The Windows 11 2022 Update Is Now Available

Windows 11 was released last year, and now Microsoft has rolled out the first reasonably respectable update to the desktop operating system. The upgrades are helpful but relatively small compared to some of the big operating system changes Microsoft has made in the past. It seems Microsoft didn’t feel like improving all that much, considering Chief Product Officer Panos Panay called Windows 11 “the most used and popular version of Windows ever” in this week’s announcement.

Microsoft has highlighted new accessibility and security improvements for the desktop operating system. New accessibility improvements highlight live captions and add more “natural” sounding automated text-to-speech narrators. A new Focus mode works like a Do Not Disturb feature on your smartphone, blocking all on-screen notifications for a set amount of time.

On the security side, Microsoft says it will soon add identity theft alerts to Windows Defender (if you subscribe to the Microsoft 365 Office suite). Microsoft Defender SmartScreen notifies you when you enter credentials on a website that is known to be malicious or has suffered a data breach.

There are also some layout and usability changes like improved window alignment that lets you align individual browser tabs to different parts of the screen. (Hooray, room for more browser tabs.) There are also some new updates for photos. Some focus on creating more pleasing visual arrangements, and others find new ways to display old photos of memorable events, even if sometimes you don’t want the memory.

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Microsoft has also played up its environmental efforts, saying it can now schedule power-hungry system updates at a specific time of day in specific locations so they put less strain on electrical systems. The sleep and screen off settings have also been tweaked to use a little less power.

Here’s more news from the world of consumer technology.

A more hackable Chromebook

Framework, a company that designs gadgets with repairability in mind, is launching a new laptop. It’s a Chromebook – the result of an official partnership with Google – designed to be extremely customizable. Like Framework’s more traditional laptop PCs, the Chromebook has four connector slots that can be customized with a combination of ports. There are options for USB-C ports, HDMI ports, Micro SD slots, and even 1 terabyte storage options. The pluggable parts are hot-swappable, which means you can swap out your ports or memory on the fly if you need a different connector. (Don’t worry, there’s a headphone jack built in.)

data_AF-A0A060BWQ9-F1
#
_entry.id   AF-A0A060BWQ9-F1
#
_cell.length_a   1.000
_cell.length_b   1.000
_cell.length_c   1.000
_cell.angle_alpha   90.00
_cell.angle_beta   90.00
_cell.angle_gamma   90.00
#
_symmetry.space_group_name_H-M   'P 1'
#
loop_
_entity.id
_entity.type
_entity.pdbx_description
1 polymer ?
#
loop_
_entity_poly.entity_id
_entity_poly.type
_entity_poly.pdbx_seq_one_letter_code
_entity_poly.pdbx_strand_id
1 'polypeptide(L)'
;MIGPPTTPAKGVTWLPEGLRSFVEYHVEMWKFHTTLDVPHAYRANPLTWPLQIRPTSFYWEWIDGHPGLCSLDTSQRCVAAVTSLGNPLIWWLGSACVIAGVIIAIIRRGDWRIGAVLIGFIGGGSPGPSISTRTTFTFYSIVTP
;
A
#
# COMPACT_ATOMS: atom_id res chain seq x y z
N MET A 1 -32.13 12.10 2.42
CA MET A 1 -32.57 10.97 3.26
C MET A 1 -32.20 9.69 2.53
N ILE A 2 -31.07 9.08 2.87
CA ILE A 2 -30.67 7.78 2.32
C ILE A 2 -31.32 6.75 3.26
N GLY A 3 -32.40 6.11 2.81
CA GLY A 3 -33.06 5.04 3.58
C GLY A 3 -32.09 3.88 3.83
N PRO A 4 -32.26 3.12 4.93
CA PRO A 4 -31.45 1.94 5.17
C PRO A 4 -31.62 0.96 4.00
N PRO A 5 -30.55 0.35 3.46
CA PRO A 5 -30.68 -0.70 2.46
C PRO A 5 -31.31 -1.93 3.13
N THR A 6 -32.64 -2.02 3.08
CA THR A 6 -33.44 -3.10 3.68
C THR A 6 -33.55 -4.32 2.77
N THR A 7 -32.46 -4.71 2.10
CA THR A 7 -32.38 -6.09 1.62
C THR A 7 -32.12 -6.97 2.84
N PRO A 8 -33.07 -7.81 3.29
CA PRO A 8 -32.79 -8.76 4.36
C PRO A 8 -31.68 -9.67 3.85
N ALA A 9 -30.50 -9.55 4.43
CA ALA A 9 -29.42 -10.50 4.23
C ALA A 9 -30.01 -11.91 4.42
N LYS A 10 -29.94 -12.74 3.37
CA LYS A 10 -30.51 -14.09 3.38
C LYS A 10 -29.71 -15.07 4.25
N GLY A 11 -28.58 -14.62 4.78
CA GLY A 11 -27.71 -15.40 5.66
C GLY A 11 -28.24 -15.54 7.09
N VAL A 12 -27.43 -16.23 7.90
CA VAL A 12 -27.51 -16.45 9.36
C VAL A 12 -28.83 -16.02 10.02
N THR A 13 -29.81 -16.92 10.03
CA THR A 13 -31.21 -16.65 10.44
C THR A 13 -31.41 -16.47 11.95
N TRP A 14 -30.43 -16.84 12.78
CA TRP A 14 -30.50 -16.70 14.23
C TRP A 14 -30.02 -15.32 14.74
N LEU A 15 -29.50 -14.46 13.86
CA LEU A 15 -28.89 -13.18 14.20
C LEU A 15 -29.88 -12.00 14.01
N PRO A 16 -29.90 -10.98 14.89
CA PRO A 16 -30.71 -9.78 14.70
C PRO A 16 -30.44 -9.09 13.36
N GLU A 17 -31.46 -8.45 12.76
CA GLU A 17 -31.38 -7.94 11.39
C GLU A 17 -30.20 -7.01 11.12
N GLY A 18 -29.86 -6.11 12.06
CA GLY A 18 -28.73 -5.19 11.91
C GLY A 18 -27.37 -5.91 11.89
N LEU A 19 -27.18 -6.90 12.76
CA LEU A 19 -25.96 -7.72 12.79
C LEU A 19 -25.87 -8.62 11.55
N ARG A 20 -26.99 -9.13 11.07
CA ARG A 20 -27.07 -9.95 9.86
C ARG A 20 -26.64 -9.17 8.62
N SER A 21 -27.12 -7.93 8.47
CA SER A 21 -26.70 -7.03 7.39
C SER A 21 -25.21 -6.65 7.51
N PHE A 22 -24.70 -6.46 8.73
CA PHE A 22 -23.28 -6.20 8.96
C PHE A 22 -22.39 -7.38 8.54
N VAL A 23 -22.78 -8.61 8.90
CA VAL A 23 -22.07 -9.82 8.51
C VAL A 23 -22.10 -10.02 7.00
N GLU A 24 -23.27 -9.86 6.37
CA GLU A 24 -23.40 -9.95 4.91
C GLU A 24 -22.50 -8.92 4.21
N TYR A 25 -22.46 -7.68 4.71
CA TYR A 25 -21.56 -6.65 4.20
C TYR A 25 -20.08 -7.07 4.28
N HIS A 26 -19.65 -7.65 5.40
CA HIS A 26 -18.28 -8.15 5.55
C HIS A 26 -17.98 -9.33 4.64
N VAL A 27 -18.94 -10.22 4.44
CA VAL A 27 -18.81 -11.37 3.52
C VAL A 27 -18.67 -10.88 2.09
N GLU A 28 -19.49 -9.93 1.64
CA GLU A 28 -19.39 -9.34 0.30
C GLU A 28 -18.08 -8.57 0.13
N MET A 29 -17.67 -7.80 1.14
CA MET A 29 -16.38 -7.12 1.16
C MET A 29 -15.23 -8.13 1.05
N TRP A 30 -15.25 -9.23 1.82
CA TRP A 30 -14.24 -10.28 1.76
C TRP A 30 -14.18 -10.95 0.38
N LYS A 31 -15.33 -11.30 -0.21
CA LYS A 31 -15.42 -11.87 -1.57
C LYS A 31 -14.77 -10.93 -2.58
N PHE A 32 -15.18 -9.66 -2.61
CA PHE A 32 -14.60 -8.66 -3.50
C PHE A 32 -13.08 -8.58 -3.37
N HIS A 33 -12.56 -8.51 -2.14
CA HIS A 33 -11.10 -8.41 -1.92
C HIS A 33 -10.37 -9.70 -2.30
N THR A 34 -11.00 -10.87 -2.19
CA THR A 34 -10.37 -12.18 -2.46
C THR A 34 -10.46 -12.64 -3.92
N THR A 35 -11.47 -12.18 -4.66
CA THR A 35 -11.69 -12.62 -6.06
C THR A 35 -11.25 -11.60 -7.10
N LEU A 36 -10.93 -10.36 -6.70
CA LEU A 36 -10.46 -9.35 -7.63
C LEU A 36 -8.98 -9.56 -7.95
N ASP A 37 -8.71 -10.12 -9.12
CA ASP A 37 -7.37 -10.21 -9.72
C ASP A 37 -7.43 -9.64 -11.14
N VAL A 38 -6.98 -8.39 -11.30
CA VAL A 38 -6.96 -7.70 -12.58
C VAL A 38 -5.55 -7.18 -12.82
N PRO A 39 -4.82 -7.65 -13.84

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And since Framework places great emphasis on repairability, the Chromebook is also built to be disassembled. It comes with a screwdriver that can be used to disassemble just about any part of the machine, and you can swap out internal parts or even the keyboard and screen bezel. For those who are privacy conscious, it has a physical switch that instantly turns off the microphone and camera.

The Framework Chromebook is available for pre-order now, starting at $999. The company says it will begin shipping in early December.

Google’s cheaper Chromecast

Google’s plug-n-watch Chromecast is a handy little puck that you can stick in the side of a TV to stream movies and shows from all sorts of services. Google now has a new Chromecast, and for just $30 it’s a simple, affordable option for running streaming apps like Netflix, Hulu, and HBO Max on just about any screen or monitor.

It’s definitely a budget option. The resolution of the $30 dongle is 1080p; It doesn’t support 4K like Google’s $50 Chromecast, which is still available. Both come with a remote that accepts input from both your hands and voice, and both work with Google’s Stadia cloud gaming platform.

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Amazon reignites the fire

Amazon recently updated its cheapest Kindle and is now sprucing up its Fire HD tablets. Sure, these cheap Android tablets aren’t iPads. You can’t even run the full range of Android apps. But if you or your kids have used and liked Fire HD tablets, or if your household gets most of its content from Amazon, this is a neat upgrade.

According to Amazon, the two new Fire HD 8 tablet models will receive a supposed speed boost of 30 percent. Both have a claimed battery life of 13 hours. The base model starts at $100 and comes with 32 or 64GB of storage. Of course there is also a plus version. The new Fire HD Plus gets an extra gigabyte of RAM (3GB) and costs $120. Both tablets can accept microSD cards up to 1TB if you want more storage.

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